• On January 21 1921 the PCI (Partito Communista Italiano) was founded. It was the result of a split, as you know, from the PSI. Who led the faction which formed the PCI? Yes, Antonio Gramsci – he who, along with GDH Cole, probably forms the major post-Marx influence on Thee Faction’s work.
  • On January 21 1924 the man who did most to combine theory with practice died, prematurely, causing a crisis of succession which culminated in the rule of Stalin and the exile and assassination of Trotsky. Yes, it was on this day that VI Lenin died.
  • Finally, January 21 1950 was the day that one of Britain’s finest socialists died. When we say Blair, many might think Tony. We think Eric. On the launch night of the DDR of R&B we will be commemorating 60 years to the day since the death of George Orwell.

We hope that answers that question, comrades. We should also add that January 21 lies midway twixt the birthdays of Nylons and Baby Face and, though birthdays are bourgeois and individualist, we do like to mark the occasion because it always represents a chance for an evening of comradeship, drinking and dancing. So, if the five key political reasons for coming to the DDR of R&B on the 21st January don’t appeal to you, perhaps you just like the idea of celebrating the twin SG attack of Nylons and Face.

Q2: Why Putney?

A significant number of the questions we’ve been fielding about the launch of the DDR of R&B have focussed on this point: Thee Faction choose their venues carefully. So, why Putney?

What they think of the Liberal Democrats in Putney. NB this office is 80 yards from the Half Moon.

This one surprised us, because we assumed you would all be aware of Putney’s revolutionary and socialist heritage. But it seems not all comrades are up to speed on this, so here is a tiny selection of reasons why it had to be Putney:

  • Mary Wollstonecraft Shelley was a long-term resident. Daughter of a political philosopher and a feminist pioneer, she married PB Shelley (don’t believe the Romantic hype on Shelley, comrades – the man was a staunch socialist. If you don’t believes us, read Paul Foot’s ‘Red Shelley’), and wrote Frankenstein. Years before Comrade Gramsci wrote of a war of position, Comrade Mary was writing numerous articles on how cooperation and solidarity would form the basis of a reformed civil society. And she wrote ‘em in Putney.
  • Thomas Cromwell was born and bred there too. Now, we don’t view Cromwell entirely uncritically. Indeed, he got involved in all manner of Machiavellian nonsense. But the break from Rome, the destruction of the power of the Church in England and Wales, and the first steps towards ending the weirdness of feudalism and ushering in the first signs of modernity can be laid at his door. Well, it can be laid at the dialectic of history’s door, but he was one of those that facilitated history taking its course. And he was from Putney.
  • Just decades later, along came another resident of Putney: Thomas Hobbes. Now, the 17th century was when it all happened in England, political thought-wise. And the key reason (which most of you will already have guessed) for us choosing Putney would probably not have happened without the great work Hobbes did. Social contract theory is at the heart of liberal thought. But it is way more radical than that. Hobbes reasoned that, at some point in history, humans must have placed subsumed their own interests to those of a commonwealth, or state, which, in exchange for a slice of human ‘liberty’, put an end to the war of all against all, and allowed a passage out of the ‘state of nature’, where life was ‘solitary, poor, nasty, brutish and short’. That is to say, by agreeing to live under a state, in an ordered society, man could have a better life. Now, we have all manner of problems with Hobbes’s analysis, but what he outlined were essential principles of modernity from which you can trace many of the origins of Marxist political thought.  We don’t see subsuming our interests to those of an omnipotent sovereign as the end of history, but we certainly recognise that moment as a key one in getting to where we want to go.  And a political philosophy where a divine being was effectively absent was a brand new thing, and without it, none of the key debates and events of the 17th and 18th centuries would have happened in the way they did. And Hobbes came straight outta Putney.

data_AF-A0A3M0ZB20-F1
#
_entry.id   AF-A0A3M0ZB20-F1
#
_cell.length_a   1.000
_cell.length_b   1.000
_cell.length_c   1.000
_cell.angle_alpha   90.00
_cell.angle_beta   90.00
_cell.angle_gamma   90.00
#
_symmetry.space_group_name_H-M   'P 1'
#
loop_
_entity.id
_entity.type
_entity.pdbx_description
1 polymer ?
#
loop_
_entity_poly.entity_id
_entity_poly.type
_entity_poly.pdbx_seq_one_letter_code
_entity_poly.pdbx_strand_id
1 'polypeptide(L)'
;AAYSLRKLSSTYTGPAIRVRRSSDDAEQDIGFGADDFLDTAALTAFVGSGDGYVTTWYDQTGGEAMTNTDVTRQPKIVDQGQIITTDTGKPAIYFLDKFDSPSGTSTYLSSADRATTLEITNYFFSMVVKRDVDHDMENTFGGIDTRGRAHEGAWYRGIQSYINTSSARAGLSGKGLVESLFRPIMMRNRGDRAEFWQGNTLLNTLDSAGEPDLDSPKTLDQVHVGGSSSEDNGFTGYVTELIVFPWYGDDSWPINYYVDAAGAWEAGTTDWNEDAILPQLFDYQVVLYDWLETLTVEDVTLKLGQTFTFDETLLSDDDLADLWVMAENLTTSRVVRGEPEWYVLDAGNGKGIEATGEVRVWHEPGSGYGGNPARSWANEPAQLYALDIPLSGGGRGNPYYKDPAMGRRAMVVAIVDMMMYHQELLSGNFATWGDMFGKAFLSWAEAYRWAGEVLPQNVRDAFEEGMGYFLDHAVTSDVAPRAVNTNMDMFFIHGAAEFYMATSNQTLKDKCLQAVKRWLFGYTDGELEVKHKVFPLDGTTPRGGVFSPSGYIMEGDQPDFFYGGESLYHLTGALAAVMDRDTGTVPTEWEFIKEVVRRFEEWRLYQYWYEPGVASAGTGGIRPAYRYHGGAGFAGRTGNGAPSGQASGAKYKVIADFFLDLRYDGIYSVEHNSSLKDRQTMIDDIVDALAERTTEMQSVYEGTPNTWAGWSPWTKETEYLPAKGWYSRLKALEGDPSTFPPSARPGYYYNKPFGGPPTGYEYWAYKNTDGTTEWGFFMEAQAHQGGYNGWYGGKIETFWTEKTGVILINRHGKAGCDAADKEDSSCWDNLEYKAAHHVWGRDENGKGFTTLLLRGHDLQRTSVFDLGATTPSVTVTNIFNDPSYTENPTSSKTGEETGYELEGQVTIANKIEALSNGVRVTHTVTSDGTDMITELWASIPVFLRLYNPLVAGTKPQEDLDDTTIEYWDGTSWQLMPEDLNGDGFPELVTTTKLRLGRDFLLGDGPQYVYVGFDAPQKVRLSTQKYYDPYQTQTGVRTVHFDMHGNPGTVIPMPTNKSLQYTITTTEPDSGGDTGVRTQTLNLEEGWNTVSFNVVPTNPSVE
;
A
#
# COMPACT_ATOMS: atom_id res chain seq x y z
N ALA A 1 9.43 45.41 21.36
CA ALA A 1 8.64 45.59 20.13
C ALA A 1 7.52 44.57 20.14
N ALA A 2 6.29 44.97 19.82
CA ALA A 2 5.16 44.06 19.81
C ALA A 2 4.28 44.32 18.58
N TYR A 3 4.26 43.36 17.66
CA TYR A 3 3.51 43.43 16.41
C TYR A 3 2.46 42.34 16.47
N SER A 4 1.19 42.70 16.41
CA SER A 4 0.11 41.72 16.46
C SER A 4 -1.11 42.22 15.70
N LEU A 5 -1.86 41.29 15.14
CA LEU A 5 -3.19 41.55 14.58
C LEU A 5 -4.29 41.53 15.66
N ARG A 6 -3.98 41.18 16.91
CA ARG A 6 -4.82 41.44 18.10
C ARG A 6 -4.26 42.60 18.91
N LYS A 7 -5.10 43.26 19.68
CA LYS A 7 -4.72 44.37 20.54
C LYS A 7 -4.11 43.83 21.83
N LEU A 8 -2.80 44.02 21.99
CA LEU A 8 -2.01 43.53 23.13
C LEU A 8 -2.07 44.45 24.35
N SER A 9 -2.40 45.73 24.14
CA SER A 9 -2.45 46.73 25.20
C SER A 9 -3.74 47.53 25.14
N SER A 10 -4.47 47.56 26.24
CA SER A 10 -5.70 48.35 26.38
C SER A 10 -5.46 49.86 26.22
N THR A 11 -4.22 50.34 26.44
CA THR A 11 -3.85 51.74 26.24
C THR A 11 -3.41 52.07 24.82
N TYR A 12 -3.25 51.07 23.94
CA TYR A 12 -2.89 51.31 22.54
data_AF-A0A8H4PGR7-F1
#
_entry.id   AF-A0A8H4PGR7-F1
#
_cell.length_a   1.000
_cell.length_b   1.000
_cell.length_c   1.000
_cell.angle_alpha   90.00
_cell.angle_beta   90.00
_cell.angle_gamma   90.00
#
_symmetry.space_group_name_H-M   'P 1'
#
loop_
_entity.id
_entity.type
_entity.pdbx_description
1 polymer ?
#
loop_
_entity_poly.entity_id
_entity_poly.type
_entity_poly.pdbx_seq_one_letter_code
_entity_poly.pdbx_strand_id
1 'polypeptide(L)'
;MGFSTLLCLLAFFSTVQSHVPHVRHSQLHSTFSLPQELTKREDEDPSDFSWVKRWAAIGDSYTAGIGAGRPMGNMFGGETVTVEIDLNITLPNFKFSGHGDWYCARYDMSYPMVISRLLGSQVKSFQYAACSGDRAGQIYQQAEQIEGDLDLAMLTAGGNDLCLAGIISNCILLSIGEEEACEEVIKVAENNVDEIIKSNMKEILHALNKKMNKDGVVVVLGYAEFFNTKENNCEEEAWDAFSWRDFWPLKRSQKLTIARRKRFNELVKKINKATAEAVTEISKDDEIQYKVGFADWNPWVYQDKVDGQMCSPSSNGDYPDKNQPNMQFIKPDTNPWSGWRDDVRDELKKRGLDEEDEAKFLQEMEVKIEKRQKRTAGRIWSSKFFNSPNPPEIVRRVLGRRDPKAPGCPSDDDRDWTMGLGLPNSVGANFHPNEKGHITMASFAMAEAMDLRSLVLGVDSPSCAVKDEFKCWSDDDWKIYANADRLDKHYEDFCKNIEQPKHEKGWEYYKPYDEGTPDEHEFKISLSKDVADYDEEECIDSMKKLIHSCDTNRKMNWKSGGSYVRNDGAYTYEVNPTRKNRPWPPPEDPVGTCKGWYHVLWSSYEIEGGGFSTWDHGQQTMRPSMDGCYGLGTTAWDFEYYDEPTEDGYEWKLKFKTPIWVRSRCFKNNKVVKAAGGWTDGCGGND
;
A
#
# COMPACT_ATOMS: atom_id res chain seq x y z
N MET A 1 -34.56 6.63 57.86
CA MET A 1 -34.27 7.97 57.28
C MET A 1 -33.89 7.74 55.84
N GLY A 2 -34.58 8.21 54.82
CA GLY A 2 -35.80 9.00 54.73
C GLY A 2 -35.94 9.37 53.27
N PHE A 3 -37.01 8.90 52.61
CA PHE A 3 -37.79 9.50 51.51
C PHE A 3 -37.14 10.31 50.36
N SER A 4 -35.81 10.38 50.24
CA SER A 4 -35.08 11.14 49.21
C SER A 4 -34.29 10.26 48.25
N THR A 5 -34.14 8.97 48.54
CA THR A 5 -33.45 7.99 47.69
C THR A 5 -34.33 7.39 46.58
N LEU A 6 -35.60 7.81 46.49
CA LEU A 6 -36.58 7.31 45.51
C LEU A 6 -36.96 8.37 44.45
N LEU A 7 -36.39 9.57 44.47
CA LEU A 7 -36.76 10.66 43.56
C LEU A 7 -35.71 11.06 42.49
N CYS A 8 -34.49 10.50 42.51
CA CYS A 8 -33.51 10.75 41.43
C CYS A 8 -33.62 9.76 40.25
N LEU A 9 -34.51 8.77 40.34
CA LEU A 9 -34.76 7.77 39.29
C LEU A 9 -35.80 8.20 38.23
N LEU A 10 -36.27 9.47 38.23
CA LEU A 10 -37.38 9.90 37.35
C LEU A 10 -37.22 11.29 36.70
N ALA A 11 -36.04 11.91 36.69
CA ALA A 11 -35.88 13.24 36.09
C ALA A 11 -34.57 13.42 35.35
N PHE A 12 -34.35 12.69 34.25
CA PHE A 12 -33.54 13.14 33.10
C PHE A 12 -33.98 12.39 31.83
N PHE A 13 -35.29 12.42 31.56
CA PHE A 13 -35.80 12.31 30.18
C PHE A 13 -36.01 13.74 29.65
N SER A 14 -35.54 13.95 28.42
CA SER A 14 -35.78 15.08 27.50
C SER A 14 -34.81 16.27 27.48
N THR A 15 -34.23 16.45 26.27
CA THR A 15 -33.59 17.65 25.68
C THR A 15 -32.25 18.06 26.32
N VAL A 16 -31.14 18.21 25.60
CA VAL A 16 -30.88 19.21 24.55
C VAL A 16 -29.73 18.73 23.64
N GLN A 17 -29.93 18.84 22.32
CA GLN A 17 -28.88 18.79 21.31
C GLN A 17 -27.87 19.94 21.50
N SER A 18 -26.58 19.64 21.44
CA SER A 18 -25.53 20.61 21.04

• But the main reason why we chose Putney was that it was there that the Putney Debates happened. In 1647 the New Model Army was headquartered in Putney. And at St Mary’s Church (the church by the river, next door to the cinema) the soldiers and officers embarked on a series of debates which gave rise to some of the most radical plans for the future ever to have been outlined.  What had, perhaps, started with Cromwell and Hobbes (both of Putney, remember) culminated here in The Levellers. They demanded universal (male) suffrage, sovereignty to lie in the elected chamber of Parliament, and the power of the Lords and King to be eradicated. Religion would be removed from public life, and religious duty to be removed from society. In short, The Levellers envisaged a modern state – one that Britain still has not achieved. In Thee Faction’s view  there has never been as significant a political moment in Britain as the Putney Debates, and they happened 100 yards from where we are launching the DDR of R&B on the 21st January. This is no coincidence, comrades.